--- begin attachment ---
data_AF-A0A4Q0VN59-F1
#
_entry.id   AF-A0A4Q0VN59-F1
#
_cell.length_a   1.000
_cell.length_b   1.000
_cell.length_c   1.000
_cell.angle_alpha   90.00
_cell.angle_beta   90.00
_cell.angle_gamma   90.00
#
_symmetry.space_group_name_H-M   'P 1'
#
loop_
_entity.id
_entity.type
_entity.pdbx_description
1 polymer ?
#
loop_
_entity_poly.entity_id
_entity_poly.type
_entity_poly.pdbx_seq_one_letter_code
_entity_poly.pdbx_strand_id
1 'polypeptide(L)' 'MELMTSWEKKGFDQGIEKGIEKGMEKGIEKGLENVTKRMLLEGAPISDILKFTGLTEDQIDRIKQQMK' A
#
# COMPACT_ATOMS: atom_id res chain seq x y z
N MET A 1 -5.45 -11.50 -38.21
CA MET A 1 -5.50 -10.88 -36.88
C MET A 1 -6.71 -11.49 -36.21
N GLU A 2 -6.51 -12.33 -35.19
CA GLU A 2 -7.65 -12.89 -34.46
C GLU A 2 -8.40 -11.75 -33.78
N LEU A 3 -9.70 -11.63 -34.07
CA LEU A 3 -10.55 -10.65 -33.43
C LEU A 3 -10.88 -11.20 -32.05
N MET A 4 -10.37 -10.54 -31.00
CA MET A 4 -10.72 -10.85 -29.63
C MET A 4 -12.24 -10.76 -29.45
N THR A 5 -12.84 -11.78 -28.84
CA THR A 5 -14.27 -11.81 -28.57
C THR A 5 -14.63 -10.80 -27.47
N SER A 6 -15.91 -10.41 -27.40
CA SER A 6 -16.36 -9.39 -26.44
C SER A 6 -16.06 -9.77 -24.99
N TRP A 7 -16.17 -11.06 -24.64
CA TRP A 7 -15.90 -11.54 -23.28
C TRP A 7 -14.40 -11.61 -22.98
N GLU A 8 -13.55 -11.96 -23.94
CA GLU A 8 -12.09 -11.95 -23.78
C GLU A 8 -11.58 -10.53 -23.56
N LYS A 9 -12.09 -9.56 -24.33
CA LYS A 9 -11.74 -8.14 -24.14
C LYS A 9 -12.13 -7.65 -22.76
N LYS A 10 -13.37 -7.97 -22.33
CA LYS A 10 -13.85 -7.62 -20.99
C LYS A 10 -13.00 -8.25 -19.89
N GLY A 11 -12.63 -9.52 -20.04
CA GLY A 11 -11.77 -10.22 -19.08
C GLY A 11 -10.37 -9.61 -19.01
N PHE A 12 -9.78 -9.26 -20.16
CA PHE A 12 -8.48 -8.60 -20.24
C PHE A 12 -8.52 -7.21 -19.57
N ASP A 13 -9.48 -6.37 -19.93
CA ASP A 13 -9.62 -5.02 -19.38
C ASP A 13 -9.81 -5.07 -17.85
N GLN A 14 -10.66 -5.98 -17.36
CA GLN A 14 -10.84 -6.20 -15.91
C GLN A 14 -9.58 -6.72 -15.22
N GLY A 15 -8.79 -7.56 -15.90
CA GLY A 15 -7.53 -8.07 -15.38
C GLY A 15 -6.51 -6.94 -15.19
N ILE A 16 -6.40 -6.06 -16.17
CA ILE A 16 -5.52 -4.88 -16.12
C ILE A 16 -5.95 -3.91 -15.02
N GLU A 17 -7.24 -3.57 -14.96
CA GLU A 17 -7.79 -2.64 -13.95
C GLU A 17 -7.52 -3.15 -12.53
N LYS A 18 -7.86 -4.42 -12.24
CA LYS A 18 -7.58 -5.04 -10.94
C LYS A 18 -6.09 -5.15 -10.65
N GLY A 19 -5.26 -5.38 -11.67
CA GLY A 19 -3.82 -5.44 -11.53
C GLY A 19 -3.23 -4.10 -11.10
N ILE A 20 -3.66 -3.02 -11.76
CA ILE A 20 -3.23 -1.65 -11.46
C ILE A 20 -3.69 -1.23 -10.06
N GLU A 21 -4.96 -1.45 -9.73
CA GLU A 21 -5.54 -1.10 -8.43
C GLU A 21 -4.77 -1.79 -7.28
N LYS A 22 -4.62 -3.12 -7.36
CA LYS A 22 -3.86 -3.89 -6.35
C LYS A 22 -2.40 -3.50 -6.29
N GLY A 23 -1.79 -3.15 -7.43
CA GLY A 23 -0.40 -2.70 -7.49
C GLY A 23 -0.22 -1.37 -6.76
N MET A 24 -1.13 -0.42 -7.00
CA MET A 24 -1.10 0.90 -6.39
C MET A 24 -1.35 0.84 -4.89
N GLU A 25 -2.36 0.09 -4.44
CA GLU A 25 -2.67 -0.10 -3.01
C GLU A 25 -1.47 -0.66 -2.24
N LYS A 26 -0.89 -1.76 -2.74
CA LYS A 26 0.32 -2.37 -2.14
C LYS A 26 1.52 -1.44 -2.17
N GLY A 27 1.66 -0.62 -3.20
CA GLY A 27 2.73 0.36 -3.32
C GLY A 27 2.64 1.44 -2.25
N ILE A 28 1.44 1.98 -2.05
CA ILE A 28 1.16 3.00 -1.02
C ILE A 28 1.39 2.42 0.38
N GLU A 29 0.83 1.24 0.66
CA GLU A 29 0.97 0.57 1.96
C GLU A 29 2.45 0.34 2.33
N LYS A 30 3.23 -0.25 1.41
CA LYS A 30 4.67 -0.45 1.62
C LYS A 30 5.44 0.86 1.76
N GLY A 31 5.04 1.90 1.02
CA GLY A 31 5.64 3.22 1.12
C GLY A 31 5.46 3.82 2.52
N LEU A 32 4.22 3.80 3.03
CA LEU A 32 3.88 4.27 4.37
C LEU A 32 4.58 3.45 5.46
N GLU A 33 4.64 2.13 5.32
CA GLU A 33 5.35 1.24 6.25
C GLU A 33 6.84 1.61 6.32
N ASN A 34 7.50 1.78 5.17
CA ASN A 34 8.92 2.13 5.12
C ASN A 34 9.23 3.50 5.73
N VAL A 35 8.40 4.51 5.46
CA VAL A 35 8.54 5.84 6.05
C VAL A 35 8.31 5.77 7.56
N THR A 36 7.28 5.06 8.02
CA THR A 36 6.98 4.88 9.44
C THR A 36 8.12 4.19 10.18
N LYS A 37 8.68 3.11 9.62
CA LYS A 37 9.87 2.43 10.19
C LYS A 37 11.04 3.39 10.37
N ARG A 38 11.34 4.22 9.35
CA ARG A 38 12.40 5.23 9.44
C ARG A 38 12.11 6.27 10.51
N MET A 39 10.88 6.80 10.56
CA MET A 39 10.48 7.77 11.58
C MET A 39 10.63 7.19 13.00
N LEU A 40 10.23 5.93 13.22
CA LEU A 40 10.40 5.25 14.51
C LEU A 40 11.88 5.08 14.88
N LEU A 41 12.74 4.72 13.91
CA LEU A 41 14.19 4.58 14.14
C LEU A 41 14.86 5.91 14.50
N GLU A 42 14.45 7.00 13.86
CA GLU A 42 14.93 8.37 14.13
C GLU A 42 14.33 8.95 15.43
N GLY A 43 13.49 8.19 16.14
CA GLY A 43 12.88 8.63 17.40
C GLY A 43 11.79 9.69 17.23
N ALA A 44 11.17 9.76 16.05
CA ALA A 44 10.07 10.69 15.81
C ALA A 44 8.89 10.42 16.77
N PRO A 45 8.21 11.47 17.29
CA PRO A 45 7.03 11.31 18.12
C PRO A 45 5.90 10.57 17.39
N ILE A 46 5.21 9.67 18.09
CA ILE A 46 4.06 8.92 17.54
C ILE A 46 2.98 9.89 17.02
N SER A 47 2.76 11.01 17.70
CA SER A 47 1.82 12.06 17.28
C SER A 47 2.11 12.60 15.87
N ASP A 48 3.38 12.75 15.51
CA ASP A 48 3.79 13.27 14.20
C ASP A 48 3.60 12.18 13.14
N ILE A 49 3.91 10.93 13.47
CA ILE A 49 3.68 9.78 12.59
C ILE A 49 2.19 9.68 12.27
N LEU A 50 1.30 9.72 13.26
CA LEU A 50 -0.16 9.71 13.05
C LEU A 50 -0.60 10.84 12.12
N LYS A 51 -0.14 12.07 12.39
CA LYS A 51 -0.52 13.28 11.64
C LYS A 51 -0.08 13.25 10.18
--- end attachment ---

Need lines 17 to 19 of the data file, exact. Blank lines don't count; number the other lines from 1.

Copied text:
_entity.pdbx_description
1 polymer ?
#